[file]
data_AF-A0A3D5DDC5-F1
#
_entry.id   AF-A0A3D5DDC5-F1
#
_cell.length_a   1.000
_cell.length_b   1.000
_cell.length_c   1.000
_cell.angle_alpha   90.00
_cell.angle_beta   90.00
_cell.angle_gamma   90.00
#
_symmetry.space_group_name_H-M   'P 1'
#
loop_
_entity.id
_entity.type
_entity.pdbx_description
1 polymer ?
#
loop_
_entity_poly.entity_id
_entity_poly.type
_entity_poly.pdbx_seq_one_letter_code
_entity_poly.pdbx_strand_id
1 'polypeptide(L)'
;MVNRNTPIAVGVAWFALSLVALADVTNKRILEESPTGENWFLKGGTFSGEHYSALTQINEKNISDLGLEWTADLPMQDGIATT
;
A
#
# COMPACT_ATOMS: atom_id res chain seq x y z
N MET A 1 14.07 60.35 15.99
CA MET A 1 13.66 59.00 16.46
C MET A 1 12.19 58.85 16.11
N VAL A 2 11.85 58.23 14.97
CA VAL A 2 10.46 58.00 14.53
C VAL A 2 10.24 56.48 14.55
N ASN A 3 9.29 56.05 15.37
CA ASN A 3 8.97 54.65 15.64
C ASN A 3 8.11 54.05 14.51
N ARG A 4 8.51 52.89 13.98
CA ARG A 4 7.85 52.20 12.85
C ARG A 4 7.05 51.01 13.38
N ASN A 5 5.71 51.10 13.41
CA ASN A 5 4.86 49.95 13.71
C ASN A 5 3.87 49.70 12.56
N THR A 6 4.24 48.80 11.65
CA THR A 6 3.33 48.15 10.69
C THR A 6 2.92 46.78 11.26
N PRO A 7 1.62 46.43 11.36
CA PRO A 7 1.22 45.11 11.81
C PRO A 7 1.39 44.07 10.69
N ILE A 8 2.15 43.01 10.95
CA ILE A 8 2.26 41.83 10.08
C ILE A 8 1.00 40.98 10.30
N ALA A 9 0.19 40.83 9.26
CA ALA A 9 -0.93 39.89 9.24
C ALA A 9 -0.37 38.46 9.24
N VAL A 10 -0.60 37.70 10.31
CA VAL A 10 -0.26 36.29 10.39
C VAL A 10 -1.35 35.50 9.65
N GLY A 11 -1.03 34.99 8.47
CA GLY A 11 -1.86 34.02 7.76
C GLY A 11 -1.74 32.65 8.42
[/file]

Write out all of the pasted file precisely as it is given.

data_AF-A0A3D5DDC5-F1
#
_entry.id   AF-A0A3D5DDC5-F1
#
_cell.length_a   1.000
_cell.length_b   1.000
_cell.length_c   1.000
_cell.angle_alpha   90.00
_cell.angle_beta   90.00
_cell.angle_gamma   90.00
#
_symmetry.space_group_name_H-M   'P 1'
#
loop_
_entity.id
_entity.type
_entity.pdbx_description
1 polymer ?
#
loop_
_entity_poly.entity_id
_entity_poly.type
_entity_poly.pdbx_seq_one_letter_code
_entity_poly.pdbx_strand_id
1 'polypeptide(L)'
;MVNRNTPIAVGVAWFALSLVALADVTNKRILEESPTGENWFLKGGTFSGEHYSALTQINEKNISDLGLEWTADLPMQDGIATT
;
A
#
# COMPACT_ATOMS: atom_id res chain seq x y z
N MET A 1 14.07 60.35 15.99
CA MET A 1 13.66 59.00 16.46
C MET A 1 12.19 58.85 16.11
N VAL A 2 11.85 58.23 14.97
CA VAL A 2 10.46 58.00 14.53
C VAL A 2 10.24 56.48 14.55
N ASN A 3 9.29 56.05 15.37
CA ASN A 3 8.97 54.65 15.64
C ASN A 3 8.11 54.05 14.51
N ARG A 4 8.51 52.89 13.98
CA ARG A 4 7.85 52.20 12.85
C ARG A 4 7.05 51.01 13.38
N ASN A 5 5.71 51.10 13.41
CA ASN A 5 4.86 49.95 13.71
C ASN A 5 3.87 49.70 12.56
N THR A 6 4.24 48.80 11.65
CA THR A 6 3.33 48.15 10.69
C THR A 6 2.92 46.78 11.26
N PRO A 7 1.62 46.43 11.36
CA PRO A 7 1.22 45.11 11.81
C PRO A 7 1.39 44.07 10.69
N ILE A 8 2.15 43.01 10.95
CA ILE A 8 2.26 41.83 10.08
C ILE A 8 1.00 40.98 10.30
N ALA A 9 0.19 40.83 9.26
CA ALA A 9 -0.93 39.89 9.24
C ALA A 9 -0.37 38.46 9.24
N VAL A 10 -0.60 37.70 10.31
CA VAL A 10 -0.26 36.29 10.39
C VAL A 10 -1.35 35.50 9.65
N GLY A 11 -1.03 34.99 8.47
CA GLY A 11 -1.86 34.02 7.76
C GLY A 11 -1.74 32.65 8.42